What Does it Mean to be a Christian? July 3, 2015

Posted by TJ Friend in Encouragements.
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As I’ve been thinking about this topic, I am realizing that “Christianity” is difficult to define. The word itself gives hints to its meaning, but to say that a Christian is a “little Christ” or “Christ-follower” is not specific enough. The main problem is that there are so many different ideas on what it means to be a Christian. For those outside the Church there are a wide variety of stereotypes of Christians. Some see Christianity as a religion of hate and intolerance. Others see it as a crutch for the simple minded to lean on. For others, Christianity is seen as an extension of its activity in society, so that it looks like a social justice institution. For most though, there is at least an idea of what Christianity should be. A lot of people recognize that Christians are not perfect and may not accurately represent Christianity. For these people they would say that Christianity is about love and compassion.

It is no surprise that people outside the Church would have misunderstandings of what it means to be a Christian. We, as the Church, have not done a good job in representing the Gospel to the world, either in word or deed. We have shown the world a lot of hypocrisy and such a watered down message that I am amazed people have any idea what Christianity really is.

What bothers me the most though, is that there are so many different views on what it means to be Christian from people who claim to be Christian. I fear that in a society where we choose our own truths, the idea that there even is a “true Christianity” is heretical. We are in a time where however people want to define Christianity and live it out is their own personal choice. The reason why the world consistently accuses Christians of picking and choosing parts of the Bible they want to follow while ignoring others, is that this is exactly what a lot of people actually do. People live one way on Sunday and live completely different the rest of the week. Because of this, we are in a place now where there are many people who think they are Christian, but are only Christian in name and do not accurately represent what it means to be a Christian.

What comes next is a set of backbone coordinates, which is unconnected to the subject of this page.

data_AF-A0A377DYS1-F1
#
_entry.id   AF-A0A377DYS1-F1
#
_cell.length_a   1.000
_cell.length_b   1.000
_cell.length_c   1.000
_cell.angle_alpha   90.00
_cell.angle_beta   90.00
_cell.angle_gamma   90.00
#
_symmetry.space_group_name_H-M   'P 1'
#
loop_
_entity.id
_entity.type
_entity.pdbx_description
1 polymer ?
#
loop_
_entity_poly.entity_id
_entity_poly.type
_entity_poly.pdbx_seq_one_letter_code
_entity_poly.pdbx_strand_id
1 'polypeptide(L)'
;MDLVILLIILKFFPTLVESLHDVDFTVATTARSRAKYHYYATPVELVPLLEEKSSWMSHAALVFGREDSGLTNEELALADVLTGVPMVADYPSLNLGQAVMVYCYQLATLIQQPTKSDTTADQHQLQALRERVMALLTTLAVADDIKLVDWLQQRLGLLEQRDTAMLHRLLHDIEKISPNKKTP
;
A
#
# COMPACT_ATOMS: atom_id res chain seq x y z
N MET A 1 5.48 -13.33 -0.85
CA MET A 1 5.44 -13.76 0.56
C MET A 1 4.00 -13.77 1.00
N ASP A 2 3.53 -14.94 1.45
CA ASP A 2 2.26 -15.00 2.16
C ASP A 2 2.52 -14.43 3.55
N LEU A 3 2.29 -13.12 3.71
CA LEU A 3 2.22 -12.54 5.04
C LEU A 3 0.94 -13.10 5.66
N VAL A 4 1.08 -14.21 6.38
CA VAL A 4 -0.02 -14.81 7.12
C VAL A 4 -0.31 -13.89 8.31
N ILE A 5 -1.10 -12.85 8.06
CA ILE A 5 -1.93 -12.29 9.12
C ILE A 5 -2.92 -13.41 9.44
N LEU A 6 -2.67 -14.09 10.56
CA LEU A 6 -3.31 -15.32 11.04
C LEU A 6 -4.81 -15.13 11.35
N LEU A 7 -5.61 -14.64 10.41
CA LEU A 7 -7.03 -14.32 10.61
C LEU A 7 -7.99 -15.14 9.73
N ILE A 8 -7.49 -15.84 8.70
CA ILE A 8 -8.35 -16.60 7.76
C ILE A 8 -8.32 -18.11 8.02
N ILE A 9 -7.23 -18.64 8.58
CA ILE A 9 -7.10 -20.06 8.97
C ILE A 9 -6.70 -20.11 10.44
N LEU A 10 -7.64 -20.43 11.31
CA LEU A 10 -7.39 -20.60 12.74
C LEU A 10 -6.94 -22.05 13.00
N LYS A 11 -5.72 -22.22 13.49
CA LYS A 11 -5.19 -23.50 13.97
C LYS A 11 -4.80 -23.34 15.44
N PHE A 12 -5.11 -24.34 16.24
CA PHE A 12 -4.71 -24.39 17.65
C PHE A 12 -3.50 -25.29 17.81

I realize that in calling out people who are not living by the sort of Christianity I am about to set forth, this puts me in a place of “judging others”. This as we know is the cardinal sin in Christianity…except that it’s not. I believe that the Bible gives clear principles on what it means to be a Christian. I believe that God has clearly revealed, through His word, what it means to be a Christian and this is the standard by which we should strive to line up with. What I am about to set forth, is not some new or idiosyncratic view of what it means to be a Christian. I am simply relaying what God Himself desires in those who claim to represent Him. If you have questions with what I am describing, look at the Scripture for yourself and see if what I am saying is true.

I want to look at three “requirements” I see in the Bible that relate to what it means to be a Christian. I see a doctrinal aspect, a transformational aspect, and a relational aspect. Before getting into these though, it is important to recognize that “salvation” is not a one-time occurrence. Once we accept Jesus we are saved, but that doesn’t mean that we are then free to live however we want. In Philippians, Paul tells us,

12 ”Therefore, my dear friends, as you have always obeyed—not only in my presence, but now much more in my absence—continue to work out your salvation with fear and trembling, 13 for it is God who works in you to will and to act in order to fulfill his good purpose.” (Phil 2:12-13)

We have a responsibility to discipline our lives and live and grow as Christians from the moment of salvation till we die.

Doctrine – Do you believe the core elements of the Gospel?

The first aspect of Christianity is doctrinal. We can’t just believe whatever we want and claim to be Christian. One of the biggest issues the New Testament Church had to deal with was false teachers. Paul is continually warning against false teachers. He tells the church in Galatia that even if an angel proclaims to them a different message (like Mormonism proclaims) they are to reject it:

I am astonished that you are so quickly deserting the one who called you to live in the grace of Christ and are turning to a different gospel— which is really no gospel at all. Evidently some people are throwing you into confusion and are trying to pervert the gospel of Christ. But even if we or an angel from heaven should preach a gospel other than the one we preached to you, let them be under God’s curse! As we have already said, so now I say again: If anybody is preaching to you a gospel other than what you accepted, let them be under God’s curse! (Gal 1:6-9)